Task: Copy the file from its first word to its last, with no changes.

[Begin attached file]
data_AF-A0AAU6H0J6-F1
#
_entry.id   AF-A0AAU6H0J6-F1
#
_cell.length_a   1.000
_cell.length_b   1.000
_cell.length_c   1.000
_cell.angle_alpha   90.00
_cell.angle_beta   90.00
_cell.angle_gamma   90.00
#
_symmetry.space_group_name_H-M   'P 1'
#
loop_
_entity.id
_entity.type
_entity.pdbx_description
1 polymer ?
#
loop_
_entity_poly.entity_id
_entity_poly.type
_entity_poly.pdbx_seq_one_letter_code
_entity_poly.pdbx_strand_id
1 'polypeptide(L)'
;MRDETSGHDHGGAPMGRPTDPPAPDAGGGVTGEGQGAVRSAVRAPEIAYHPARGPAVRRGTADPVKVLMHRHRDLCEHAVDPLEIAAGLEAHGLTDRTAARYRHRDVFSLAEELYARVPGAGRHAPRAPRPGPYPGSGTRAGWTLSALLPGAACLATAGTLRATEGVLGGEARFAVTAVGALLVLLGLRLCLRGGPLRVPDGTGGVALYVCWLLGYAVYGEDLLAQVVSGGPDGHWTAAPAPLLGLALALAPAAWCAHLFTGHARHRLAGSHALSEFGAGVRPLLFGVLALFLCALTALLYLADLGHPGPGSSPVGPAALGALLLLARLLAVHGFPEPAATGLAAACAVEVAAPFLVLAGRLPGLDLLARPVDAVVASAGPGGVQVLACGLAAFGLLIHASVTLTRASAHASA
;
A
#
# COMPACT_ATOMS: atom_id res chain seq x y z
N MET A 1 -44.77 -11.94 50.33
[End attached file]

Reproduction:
data_AF-A0AAU6H0J6-F1
#
_entry.id   AF-A0AAU6H0J6-F1
#
_cell.length_a   1.000
_cell.length_b   1.000
_cell.length_c   1.000
_cell.angle_alpha   90.00
_cell.angle_beta   90.00
_cell.angle_gamma   90.00
#
_symmetry.space_group_name_H-M   'P 1'
#
loop_
_entity.id
_entity.type
_entity.pdbx_description
1 polymer ?
#
loop_
_entity_poly.entity_id
_entity_poly.type
_entity_poly.pdbx_seq_one_letter_code
_entity_poly.pdbx_strand_id
1 'polypeptide(L)'
;MRDETSGHDHGGAPMGRPTDPPAPDAGGGVTGEGQGAVRSAVRAPEIAYHPARGPAVRRGTADPVKVLMHRHRDLCEHAVDPLEIAAGLEAHGLTDRTAARYRHRDVFSLAEELYARVPGAGRHAPRAPRPGPYPGSGTRAGWTLSALLPGAACLATAGTLRATEGVLGGEARFAVTAVGALLVLLGLRLCLRGGPLRVPDGTGGVALYVCWLLGYAVYGEDLLAQVVSGGPDGHWTAAPAPLLGLALALAPAAWCAHLFTGHARHRLAGSHALSEFGAGVRPLLFGVLALFLCALTALLYLADLGHPGPGSSPVGPAALGALLLLARLLAVHGFPEPAATGLAAACAVEVAAPFLVLAGRLPGLDLLARPVDAVVASAGPGGVQVLACGLAAFGLLIHASVTLTRASAHASA
;
A
#
# COMPACT_ATOMS: atom_id res chain seq x y z
N MET A 1 -44.77 -11.94 50.33